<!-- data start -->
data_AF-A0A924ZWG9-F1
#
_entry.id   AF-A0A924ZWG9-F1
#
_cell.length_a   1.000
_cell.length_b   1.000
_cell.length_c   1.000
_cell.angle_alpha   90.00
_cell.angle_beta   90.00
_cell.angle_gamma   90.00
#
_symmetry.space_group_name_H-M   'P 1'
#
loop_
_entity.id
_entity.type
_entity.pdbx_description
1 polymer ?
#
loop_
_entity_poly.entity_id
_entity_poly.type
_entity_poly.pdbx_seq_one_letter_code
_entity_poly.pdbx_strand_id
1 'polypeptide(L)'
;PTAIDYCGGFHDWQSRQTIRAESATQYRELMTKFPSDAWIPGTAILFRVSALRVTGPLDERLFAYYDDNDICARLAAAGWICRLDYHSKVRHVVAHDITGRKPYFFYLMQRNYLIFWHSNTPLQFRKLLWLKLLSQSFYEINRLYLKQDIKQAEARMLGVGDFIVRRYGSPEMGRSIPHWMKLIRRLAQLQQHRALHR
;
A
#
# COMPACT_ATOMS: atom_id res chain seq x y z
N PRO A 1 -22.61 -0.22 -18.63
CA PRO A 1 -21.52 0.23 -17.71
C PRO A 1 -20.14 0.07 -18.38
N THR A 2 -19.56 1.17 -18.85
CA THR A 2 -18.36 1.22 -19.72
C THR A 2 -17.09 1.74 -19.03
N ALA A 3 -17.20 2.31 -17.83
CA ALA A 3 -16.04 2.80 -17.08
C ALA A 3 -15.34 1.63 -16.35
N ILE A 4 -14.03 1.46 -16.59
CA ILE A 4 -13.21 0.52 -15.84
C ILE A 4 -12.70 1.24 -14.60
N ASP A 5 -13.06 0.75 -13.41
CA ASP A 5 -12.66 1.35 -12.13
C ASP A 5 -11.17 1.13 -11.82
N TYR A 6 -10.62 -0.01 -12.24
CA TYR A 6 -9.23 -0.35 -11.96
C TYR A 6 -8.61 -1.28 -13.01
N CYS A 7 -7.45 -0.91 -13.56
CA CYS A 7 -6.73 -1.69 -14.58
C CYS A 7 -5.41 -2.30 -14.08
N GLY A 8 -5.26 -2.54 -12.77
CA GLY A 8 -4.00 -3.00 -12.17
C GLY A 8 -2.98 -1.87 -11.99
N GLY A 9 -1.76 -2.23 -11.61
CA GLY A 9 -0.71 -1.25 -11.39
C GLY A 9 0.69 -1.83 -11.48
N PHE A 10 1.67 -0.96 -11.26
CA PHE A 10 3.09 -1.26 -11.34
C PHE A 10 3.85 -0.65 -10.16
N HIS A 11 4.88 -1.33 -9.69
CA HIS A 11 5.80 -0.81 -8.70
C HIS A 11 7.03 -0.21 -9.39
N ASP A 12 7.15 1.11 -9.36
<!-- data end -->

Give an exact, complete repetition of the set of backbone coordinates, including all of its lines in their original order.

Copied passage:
data_AF-A0A924ZWG9-F1
#
_entry.id   AF-A0A924ZWG9-F1
#
_cell.length_a   1.000
_cell.length_b   1.000
_cell.length_c   1.000
_cell.angle_alpha   90.00
_cell.angle_beta   90.00
_cell.angle_gamma   90.00
#
_symmetry.space_group_name_H-M   'P 1'
#
loop_
_entity.id
_entity.type
_entity.pdbx_description
1 polymer ?
#
loop_
_entity_poly.entity_id
_entity_poly.type
_entity_poly.pdbx_seq_one_letter_code
_entity_poly.pdbx_strand_id
1 'polypeptide(L)'
;PTAIDYCGGFHDWQSRQTIRAESATQYRELMTKFPSDAWIPGTAILFRVSALRVTGPLDERLFAYYDDNDICARLAAAGWICRLDYHSKVRHVVAHDITGRKPYFFYLMQRNYLIFWHSNTPLQFRKLLWLKLLSQSFYEINRLYLKQDIKQAEARMLGVGDFIVRRYGSPEMGRSIPHWMKLIRRLAQLQQHRALHR
;
A
#
# COMPACT_ATOMS: atom_id res chain seq x y z
N PRO A 1 -22.61 -0.22 -18.63
CA PRO A 1 -21.52 0.23 -17.71
C PRO A 1 -20.14 0.07 -18.38
N THR A 2 -19.56 1.17 -18.85
CA THR A 2 -18.36 1.22 -19.72
C THR A 2 -17.09 1.74 -19.03
N ALA A 3 -17.20 2.31 -17.83
CA ALA A 3 -16.04 2.80 -17.08
C ALA A 3 -15.34 1.63 -16.35
N ILE A 4 -14.03 1.46 -16.59
CA ILE A 4 -13.21 0.52 -15.84
C ILE A 4 -12.70 1.24 -14.60
N ASP A 5 -13.06 0.75 -13.41
CA ASP A 5 -12.66 1.35 -12.13
C ASP A 5 -11.17 1.13 -11.82
N TYR A 6 -10.62 -0.01 -12.24
CA TYR A 6 -9.23 -0.35 -11.96
C TYR A 6 -8.61 -1.28 -13.01
N CYS A 7 -7.45 -0.91 -13.56
CA CYS A 7 -6.73 -1.69 -14.58
C CYS A 7 -5.41 -2.30 -14.08
N GLY A 8 -5.26 -2.54 -12.77
CA GLY A 8 -4.00 -3.00 -12.17
C GLY A 8 -2.98 -1.87 -11.99
N GLY A 9 -1.76 -2.23 -11.61
CA GLY A 9 -0.71 -1.25 -11.39
C GLY A 9 0.69 -1.83 -11.48
N PHE A 10 1.67 -0.96 -11.26
CA PHE A 10 3.09 -1.26 -11.34
C PHE A 10 3.85 -0.65 -10.16
N HIS A 11 4.88 -1.33 -9.69
CA HIS A 11 5.80 -0.81 -8.70
C HIS A 11 7.03 -0.21 -9.39
N ASP A 12 7.15 1.11 -9.36